Biogen Inc.'s fourth-quarter earnings were in line with or better thanexpectations as the company and investment community anticipatethe launch of Avonex.

The Cambridge, Mass., company had earnings of $984,000, or 3cents per share, on revenues of $40.6 million of the fourth quarterending Dec. 31, 1995, compared with $9.7 million, or 27 cents pershare, in earnings on revenues of $43 million a year earlier.

Biogen essentially is using the royalties on sales of licensed productsto fund the rest of the operation. That should change this year asAvonex (interferon-1a) is expected to gain regulatory approval. AnFDA advisory panel recommended in December the product beapproved to treat relapsing forms of multiple sclerosis.

Matthew Geller, an analyst at Oppenheimer & Co. in New York, saidBiogen is doing well.

"They should get approval for Avonex in the first half of the yearand, based on people I've talked to, it should be a very successfulproduct in the marketplace," Geller said.

David Stone, a managing director at New York-based Cowen & Co.,said fourth quarter earnings were in line with estimates, particularlysince they were about what company officials said they would bewhen Biogen presented at the Hambrecht & Quist conference earlierthis month.

"The good news is royalty revenues have been strong enough tooffset the build-up and launch of Avonex," Stone said. "The royaltiesare stronger and the build-up more modest than we had expected."

A year ago Stone and others expected Biogen to post losses for twoor three quarters as the company ramped up for Avonex sales. NowStone projects a 5-cent loss this quarter and profitable quarters afterthat.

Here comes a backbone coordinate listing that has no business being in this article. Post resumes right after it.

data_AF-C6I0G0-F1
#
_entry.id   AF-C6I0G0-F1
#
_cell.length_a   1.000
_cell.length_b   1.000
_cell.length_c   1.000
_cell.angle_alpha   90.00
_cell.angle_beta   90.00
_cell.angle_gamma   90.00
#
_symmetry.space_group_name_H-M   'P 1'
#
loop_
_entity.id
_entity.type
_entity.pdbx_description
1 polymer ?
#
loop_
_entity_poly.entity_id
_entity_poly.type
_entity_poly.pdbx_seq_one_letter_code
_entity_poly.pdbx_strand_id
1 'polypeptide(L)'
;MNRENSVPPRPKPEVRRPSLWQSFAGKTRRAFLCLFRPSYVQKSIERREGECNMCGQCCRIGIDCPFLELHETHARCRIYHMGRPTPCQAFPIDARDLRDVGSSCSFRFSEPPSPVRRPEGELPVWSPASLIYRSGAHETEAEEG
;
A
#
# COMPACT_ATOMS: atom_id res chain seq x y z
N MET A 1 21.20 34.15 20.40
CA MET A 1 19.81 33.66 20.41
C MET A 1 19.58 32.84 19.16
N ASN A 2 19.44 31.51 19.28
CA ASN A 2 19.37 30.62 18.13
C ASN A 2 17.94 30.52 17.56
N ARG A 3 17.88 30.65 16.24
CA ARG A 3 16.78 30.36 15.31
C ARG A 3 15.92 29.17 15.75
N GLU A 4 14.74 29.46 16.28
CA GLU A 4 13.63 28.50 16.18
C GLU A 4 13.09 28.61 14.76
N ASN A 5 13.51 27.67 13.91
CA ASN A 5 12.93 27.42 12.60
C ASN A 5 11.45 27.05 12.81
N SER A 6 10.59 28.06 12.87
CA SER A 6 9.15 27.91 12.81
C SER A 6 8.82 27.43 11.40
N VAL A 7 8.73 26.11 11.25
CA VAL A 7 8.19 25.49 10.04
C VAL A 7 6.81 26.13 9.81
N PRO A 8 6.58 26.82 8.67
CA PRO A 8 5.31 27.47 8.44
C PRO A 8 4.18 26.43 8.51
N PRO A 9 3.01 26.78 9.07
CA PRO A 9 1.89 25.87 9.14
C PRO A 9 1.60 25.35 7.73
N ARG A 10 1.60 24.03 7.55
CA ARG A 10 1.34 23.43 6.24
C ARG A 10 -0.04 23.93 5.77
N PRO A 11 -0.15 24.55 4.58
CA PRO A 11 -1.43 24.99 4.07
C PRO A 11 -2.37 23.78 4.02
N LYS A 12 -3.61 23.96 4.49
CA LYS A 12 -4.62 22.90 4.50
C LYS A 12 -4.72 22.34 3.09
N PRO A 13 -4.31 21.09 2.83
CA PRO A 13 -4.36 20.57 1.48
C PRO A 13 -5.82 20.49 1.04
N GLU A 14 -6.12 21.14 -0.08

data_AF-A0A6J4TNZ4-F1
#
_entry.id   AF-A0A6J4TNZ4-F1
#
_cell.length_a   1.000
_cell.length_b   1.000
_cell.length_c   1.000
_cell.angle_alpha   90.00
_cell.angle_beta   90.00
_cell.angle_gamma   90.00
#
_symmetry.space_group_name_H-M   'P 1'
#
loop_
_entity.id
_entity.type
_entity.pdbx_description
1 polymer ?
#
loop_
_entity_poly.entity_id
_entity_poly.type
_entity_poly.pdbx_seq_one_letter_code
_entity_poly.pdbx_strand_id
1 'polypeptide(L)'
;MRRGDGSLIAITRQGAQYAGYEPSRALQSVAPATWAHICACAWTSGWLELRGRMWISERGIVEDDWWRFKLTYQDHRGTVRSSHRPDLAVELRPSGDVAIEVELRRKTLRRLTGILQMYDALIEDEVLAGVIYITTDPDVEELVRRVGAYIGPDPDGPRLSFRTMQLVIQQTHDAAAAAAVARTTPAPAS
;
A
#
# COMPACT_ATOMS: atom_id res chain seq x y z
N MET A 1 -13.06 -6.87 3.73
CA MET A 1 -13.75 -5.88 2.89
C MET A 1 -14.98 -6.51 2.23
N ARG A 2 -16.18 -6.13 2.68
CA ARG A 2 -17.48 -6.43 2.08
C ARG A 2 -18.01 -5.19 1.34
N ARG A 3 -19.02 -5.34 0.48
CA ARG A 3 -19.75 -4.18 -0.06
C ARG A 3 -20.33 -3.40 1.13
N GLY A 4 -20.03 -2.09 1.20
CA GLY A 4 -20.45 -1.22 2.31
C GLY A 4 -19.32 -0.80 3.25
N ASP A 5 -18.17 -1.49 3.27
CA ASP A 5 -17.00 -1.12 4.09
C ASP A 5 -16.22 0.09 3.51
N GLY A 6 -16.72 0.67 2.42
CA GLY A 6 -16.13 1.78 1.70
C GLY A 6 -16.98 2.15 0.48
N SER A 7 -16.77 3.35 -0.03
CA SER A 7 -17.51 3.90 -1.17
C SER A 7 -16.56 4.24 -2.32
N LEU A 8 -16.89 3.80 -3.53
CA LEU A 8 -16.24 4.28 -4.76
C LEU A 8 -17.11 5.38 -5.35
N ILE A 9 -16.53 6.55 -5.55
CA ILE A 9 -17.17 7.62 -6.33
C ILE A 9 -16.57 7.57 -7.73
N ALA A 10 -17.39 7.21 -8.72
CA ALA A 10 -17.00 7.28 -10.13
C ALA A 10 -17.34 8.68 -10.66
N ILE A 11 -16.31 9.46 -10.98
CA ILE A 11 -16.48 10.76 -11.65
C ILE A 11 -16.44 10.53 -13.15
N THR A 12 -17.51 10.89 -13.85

Craig Parker, a vice president and biotechnology analyst at NewYork-based J.P. Morgan Securities Inc., also is expecting a loss in thefirst quarter and positive earnings after that, assuming an Avonexlaunch by late in the second quarter.

"It's always nice to have positive earnings going into a productlaunch," Parker said.

Parker said those in the multiple sclerosis market ultimately willdecide, although Avonex appears to be in good position.

Avonex will compete with Emeryville, Calif.,-based Chiron Corp.'sBetaseron, which also is a form of beta interferon. TevaPharmaceuticals Industries Ltd., of Jerusalem, has a multiplesclerosis drug, Copaxone, that also is under review by the FDA.

An Avonex advantage over Betaseron is that it is injected lessfrequently, as is Copaxone. Avonex also may have a better side effectprofile. Parker said Copaxone and one of the interferons may end upbeing used in tandem, which would favor Avonex because of theneed for fewer injections, Parker said.

Biogen's stock (NASDAQ:BGEN) closed Friday at $66 per share,down 25 cents. n

-- Jim Shrine

(c) 1997 American Health Consultants. All rights reserved.